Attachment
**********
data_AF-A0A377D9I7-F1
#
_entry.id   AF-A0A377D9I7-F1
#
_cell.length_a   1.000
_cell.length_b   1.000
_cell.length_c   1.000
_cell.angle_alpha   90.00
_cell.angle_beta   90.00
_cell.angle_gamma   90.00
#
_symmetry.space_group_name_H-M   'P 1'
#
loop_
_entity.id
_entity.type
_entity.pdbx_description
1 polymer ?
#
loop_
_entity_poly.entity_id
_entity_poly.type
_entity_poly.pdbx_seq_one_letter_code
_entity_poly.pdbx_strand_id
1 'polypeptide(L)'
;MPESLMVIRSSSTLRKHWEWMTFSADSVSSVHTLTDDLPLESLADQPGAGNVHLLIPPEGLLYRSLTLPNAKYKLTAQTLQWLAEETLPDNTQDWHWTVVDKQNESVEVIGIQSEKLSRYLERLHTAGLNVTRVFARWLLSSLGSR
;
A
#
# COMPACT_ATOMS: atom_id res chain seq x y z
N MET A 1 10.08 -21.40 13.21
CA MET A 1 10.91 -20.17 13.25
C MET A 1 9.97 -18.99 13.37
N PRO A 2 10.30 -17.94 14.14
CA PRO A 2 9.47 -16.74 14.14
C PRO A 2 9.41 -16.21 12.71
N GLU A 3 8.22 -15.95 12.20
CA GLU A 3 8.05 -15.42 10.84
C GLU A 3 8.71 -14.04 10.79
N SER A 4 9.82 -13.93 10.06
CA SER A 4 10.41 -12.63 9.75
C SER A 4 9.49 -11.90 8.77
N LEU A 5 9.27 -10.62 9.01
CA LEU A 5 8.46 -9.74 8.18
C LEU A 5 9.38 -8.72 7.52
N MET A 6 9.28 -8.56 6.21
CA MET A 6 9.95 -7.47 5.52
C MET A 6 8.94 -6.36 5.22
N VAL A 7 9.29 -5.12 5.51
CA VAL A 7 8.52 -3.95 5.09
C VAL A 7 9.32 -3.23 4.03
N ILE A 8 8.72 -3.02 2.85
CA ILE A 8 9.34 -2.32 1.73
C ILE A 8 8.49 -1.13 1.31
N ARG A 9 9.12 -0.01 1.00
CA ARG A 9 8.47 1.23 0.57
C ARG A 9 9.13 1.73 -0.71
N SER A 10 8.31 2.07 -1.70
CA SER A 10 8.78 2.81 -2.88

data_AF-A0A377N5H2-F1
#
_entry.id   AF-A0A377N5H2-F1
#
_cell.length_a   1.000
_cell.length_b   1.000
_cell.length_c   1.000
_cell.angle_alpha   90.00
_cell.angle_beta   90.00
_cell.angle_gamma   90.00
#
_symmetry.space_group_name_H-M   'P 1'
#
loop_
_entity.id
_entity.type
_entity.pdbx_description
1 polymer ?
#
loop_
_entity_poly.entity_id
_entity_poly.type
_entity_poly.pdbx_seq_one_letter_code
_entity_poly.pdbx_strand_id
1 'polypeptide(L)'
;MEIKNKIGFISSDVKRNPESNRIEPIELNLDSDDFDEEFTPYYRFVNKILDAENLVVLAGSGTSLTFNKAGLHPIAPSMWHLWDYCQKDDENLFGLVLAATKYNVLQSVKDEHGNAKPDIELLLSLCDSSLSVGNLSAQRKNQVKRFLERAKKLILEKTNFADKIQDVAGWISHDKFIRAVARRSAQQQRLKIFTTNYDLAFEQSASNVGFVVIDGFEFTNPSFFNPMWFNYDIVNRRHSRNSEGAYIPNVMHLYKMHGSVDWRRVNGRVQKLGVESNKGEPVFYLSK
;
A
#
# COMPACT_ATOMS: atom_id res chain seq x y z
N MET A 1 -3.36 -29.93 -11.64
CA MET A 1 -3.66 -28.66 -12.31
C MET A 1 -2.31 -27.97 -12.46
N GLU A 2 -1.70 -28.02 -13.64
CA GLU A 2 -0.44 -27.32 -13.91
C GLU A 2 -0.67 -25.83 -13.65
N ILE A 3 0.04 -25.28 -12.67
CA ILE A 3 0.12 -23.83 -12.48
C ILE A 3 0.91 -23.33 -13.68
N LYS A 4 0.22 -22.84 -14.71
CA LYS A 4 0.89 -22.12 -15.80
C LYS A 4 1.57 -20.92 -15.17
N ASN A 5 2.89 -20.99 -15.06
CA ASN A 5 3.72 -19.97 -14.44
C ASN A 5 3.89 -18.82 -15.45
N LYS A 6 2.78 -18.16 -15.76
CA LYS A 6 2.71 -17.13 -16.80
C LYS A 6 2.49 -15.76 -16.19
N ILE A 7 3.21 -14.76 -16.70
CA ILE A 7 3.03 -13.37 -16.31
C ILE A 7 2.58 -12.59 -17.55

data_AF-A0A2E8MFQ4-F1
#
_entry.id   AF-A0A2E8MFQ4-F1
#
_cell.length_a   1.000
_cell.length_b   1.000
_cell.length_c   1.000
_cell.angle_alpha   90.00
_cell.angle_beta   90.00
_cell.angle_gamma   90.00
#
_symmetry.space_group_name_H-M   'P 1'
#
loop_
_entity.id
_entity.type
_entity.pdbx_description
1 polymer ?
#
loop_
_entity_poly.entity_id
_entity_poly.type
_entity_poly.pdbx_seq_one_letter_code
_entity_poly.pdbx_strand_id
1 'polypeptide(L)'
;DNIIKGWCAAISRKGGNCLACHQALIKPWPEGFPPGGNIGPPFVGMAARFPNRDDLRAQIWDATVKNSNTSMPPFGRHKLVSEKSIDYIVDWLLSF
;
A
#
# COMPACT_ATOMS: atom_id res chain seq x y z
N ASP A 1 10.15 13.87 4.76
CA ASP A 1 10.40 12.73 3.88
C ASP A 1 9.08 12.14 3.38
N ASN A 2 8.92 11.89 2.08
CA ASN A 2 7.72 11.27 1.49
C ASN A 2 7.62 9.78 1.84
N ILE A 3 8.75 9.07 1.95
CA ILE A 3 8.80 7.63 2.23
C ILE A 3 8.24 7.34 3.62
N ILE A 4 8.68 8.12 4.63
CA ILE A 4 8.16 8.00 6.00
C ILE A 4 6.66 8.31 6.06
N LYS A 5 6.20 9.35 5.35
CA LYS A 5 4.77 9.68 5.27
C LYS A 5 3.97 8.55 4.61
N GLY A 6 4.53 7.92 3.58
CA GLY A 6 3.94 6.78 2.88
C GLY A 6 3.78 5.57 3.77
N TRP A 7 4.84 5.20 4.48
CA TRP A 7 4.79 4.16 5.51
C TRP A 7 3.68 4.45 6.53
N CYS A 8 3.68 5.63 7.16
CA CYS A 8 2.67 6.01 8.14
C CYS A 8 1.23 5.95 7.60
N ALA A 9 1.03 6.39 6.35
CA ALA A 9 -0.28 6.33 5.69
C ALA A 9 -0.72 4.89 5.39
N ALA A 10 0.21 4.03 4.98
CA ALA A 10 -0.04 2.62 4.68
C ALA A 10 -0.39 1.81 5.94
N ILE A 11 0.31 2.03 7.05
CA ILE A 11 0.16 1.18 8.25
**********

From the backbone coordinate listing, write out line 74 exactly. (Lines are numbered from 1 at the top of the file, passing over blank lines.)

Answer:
_entity.id